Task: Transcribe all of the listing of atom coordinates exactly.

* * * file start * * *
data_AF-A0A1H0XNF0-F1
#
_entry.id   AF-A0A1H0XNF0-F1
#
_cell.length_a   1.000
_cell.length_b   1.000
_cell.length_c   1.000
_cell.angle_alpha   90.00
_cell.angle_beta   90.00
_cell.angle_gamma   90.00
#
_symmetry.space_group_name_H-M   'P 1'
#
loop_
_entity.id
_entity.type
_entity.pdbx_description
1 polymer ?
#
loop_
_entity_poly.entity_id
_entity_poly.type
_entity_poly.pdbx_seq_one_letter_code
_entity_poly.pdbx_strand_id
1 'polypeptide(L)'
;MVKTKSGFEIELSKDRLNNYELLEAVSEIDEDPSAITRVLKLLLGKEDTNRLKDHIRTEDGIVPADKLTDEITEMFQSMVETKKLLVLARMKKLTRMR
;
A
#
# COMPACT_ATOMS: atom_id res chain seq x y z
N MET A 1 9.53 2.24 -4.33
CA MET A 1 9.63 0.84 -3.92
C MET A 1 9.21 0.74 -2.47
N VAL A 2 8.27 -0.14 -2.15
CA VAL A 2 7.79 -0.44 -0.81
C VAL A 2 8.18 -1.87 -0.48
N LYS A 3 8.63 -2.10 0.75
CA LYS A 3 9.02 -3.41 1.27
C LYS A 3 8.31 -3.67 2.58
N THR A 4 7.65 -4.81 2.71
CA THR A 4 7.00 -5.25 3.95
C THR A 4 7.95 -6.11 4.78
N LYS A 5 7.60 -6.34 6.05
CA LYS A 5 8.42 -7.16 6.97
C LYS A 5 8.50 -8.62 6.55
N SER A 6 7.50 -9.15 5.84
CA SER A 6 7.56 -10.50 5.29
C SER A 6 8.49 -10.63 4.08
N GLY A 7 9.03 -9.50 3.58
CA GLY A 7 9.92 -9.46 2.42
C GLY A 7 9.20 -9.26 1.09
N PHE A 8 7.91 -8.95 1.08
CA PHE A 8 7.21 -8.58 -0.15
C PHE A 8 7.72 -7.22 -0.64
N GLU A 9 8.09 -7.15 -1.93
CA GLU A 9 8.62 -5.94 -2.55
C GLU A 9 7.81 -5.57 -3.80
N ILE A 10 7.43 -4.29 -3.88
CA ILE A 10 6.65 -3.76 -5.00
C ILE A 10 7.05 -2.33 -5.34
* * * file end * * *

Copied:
data_AF-A0A1H0XNF0-F1
#
_entry.id   AF-A0A1H0XNF0-F1
#
_cell.length_a   1.000
_cell.length_b   1.000
_cell.length_c   1.000
_cell.angle_alpha   90.00
_cell.angle_beta   90.00
_cell.angle_gamma   90.00
#
_symmetry.space_group_name_H-M   'P 1'
#
loop_
_entity.id
_entity.type
_entity.pdbx_description
1 polymer ?
#
loop_
_entity_poly.entity_id
_entity_poly.type
_entity_poly.pdbx_seq_one_letter_code
_entity_poly.pdbx_strand_id
1 'polypeptide(L)'
;MVKTKSGFEIELSKDRLNNYELLEAVSEIDEDPSAITRVLKLLLGKEDTNRLKDHIRTEDGIVPADKLTDEITEMFQSMVETKKLLVLARMKKLTRMR
;
A
#
# COMPACT_ATOMS: atom_id res chain seq x y z
N MET A 1 9.53 2.24 -4.33
CA MET A 1 9.63 0.84 -3.92
C MET A 1 9.21 0.74 -2.47
N VAL A 2 8.27 -0.14 -2.15
CA VAL A 2 7.79 -0.44 -0.81
C VAL A 2 8.18 -1.87 -0.48
N LYS A 3 8.63 -2.10 0.75
CA LYS A 3 9.02 -3.41 1.27
C LYS A 3 8.31 -3.67 2.58
N THR A 4 7.65 -4.81 2.71
CA THR A 4 7.00 -5.25 3.95
C THR A 4 7.95 -6.11 4.78
N LYS A 5 7.60 -6.34 6.05
CA LYS A 5 8.42 -7.16 6.97
C LYS A 5 8.50 -8.62 6.55
N SER A 6 7.50 -9.15 5.84
CA SER A 6 7.56 -10.50 5.29
C SER A 6 8.49 -10.63 4.08
N GLY A 7 9.03 -9.50 3.58
CA GLY A 7 9.92 -9.46 2.42
C GLY A 7 9.20 -9.26 1.09
N PHE A 8 7.91 -8.95 1.08
CA PHE A 8 7.21 -8.58 -0.15
C PHE A 8 7.72 -7.22 -0.64
N GLU A 9 8.09 -7.15 -1.93
CA GLU A 9 8.62 -5.94 -2.55
C GLU A 9 7.81 -5.57 -3.80
N ILE A 10 7.43 -4.29 -3.88
CA ILE A 10 6.65 -3.76 -5.00
C ILE A 10 7.05 -2.33 -5.34